There are many times that I sit on the steps of this church right out there and just pray for all the souls that I have encountered through my ministry and who have forgotten the Father’s love. I sit there, almost symbolically, because I know that no one is going to show up during the late hours that I sit out there, but I do it kind of to feel closer to the Merciful Father in the gospel because that ultimately should be our goal in the spiritual life: to be like Him. But for our purposes on this Fourth Sunday of Lent, I want to direct your attention to two pivotal moments in this parable. The first has to do with the younger son coming to grips and realizing that he has sinned against his Father. I was listening to Bishop Robert Barron this morning who has a different take on this admission than I do, but I find it intriguing nonetheless. When the son thinks up this plan to go and say, “Father, I have sinned against heaven and against you, “ that is like a confession. All of us prepare our confession before we go and actually utter the words to the priest. Like the prodigal son, we go over and rehearse in our mind and heart what we are going to say. But here is what is striking about this confession: the prodigal son never gets to finish it. Behold the second pivotal moment I want you to pay attention to. The Father sees his son at a distance, goes off and runs out to greet him. And when the son starts his confession, the father doesn’t let him finish. He quickly orders that his son be clothed and have his dignity restored. So many times we wander into that confessional looking as worn and as tattered as the prodigal son. What confession does, and the priest’s absolution accomplishes is restoring us to the dignity of being children of the Father: clothed in splendor and made to inherit divine life.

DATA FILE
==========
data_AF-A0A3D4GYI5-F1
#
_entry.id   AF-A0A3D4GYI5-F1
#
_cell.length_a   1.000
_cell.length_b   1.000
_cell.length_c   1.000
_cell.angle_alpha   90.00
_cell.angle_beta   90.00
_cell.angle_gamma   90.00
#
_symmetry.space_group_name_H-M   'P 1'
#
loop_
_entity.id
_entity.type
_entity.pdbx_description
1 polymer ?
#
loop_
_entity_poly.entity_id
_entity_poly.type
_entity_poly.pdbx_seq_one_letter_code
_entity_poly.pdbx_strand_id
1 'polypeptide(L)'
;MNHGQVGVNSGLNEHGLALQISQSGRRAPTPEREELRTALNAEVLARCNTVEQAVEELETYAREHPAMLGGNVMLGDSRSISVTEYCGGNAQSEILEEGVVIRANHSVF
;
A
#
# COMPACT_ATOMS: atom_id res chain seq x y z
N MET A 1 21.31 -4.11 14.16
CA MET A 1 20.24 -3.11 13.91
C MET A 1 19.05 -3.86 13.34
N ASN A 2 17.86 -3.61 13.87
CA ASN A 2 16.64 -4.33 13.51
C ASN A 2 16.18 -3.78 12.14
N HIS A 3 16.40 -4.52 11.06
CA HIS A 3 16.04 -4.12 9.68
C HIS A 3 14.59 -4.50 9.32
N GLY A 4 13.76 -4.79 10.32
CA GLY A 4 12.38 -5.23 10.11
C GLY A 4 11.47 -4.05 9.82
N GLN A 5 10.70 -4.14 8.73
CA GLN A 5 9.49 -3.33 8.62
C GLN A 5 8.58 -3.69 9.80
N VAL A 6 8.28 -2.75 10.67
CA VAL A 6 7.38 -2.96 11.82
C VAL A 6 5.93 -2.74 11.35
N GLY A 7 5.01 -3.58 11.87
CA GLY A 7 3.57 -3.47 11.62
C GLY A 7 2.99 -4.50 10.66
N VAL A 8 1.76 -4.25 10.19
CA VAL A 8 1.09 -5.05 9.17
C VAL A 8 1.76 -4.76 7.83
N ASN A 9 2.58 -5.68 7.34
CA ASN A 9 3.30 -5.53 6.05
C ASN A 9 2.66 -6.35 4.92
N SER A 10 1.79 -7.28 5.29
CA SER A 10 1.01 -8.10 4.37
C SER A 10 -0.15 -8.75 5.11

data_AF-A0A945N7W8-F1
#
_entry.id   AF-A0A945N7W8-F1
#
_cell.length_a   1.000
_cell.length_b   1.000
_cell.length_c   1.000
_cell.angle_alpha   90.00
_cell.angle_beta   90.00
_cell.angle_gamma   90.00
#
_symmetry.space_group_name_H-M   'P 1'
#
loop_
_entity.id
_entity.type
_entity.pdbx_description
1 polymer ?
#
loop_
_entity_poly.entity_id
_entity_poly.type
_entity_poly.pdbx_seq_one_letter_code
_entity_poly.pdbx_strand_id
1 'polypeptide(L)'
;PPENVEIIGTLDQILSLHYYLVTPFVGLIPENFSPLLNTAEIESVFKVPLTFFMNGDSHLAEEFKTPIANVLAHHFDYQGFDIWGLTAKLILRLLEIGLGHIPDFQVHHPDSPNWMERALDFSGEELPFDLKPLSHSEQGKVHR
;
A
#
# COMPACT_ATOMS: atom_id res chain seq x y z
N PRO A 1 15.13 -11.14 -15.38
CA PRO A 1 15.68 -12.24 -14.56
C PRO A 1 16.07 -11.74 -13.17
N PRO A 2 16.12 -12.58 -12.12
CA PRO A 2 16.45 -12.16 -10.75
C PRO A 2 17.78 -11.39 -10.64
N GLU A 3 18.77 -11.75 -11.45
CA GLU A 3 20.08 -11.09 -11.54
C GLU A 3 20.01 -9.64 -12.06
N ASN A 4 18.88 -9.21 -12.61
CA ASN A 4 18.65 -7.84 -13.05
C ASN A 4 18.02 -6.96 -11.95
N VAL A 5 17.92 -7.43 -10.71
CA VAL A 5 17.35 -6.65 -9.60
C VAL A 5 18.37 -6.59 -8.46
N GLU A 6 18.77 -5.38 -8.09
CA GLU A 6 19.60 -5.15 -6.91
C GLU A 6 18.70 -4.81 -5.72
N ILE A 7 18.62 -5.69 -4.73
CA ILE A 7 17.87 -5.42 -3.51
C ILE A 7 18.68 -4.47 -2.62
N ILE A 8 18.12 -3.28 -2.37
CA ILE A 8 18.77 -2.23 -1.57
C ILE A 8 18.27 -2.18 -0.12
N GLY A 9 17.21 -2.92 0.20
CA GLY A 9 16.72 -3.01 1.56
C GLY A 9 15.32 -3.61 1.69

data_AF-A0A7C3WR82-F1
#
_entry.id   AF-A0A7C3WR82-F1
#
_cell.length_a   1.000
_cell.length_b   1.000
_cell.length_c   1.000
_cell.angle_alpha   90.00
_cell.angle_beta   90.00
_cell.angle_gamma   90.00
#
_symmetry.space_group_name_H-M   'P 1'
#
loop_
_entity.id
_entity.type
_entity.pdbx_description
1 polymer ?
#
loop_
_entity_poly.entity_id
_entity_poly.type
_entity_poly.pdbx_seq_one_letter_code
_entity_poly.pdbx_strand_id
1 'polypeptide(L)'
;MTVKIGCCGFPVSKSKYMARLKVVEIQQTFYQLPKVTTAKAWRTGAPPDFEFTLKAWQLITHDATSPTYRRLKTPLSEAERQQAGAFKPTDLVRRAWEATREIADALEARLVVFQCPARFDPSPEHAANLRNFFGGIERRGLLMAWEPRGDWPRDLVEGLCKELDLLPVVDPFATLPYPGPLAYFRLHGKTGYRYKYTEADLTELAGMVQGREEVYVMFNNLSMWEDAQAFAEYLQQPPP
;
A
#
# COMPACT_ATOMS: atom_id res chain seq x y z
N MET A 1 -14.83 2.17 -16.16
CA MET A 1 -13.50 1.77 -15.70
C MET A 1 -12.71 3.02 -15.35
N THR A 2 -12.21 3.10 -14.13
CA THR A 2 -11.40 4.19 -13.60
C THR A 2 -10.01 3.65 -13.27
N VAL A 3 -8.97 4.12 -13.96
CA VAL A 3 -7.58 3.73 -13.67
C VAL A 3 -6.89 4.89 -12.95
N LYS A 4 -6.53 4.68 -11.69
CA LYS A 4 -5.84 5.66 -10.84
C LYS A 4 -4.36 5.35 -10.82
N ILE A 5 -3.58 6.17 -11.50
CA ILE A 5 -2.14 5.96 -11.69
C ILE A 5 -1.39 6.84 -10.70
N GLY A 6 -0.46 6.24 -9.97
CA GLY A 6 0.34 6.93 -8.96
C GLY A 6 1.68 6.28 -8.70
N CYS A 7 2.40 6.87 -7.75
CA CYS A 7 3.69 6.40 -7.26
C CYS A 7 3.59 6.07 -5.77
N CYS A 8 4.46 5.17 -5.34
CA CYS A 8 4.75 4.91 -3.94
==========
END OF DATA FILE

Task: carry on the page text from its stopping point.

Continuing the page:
Like the Merciful Father in the parable, many priests sat in confessionals this weekend waiting for their children to come home. A priest friend of mine told me that he sat for four hours in his confessional and only 4 people came. Thankfully in the almost 8 hours we heard confession here at our parish, our priests never stopped receiving penitents. And while I am glad to see or hear every person that enters my confessional or sits across from me when I don’t have a confessional, I still sit there and pray for all my parishioners, all my children to surprise me like the prodigal son and enter that sacred sacramental space. Which leads me to my last story. In my first parish, every Advent and Lent, we would hold penitential services where my pastor and I would hear confessions for several hours. Now there was a mother whose son was always at football practice who would tell me that I wasn’t allowed to leave the confessional until her son showed up. So sometimes the lines were long enough that I didn’t need to wait, but sometimes I would be done for some time and I would sit there in the quiet of the church waiting for this wonderful kid to show up. He always did. What was beautiful was not his faithfulness to the sacrament or even his obedience to his mother, but that each time he would open the doors to see me sitting by the altar, he would always smile and that smile would light up the now darkened church. That smile was a confirmation of God’s mercy at work. That smile speaks to the power of the sacrament of confession. That smile is the smile that every priest has when one of their children return. That smile is a reflection of the love and mercy of God at work in our hearts. Yes God will wait for us, but this Lent, let us not wait for God to run towards us: it’s time to run back to Him!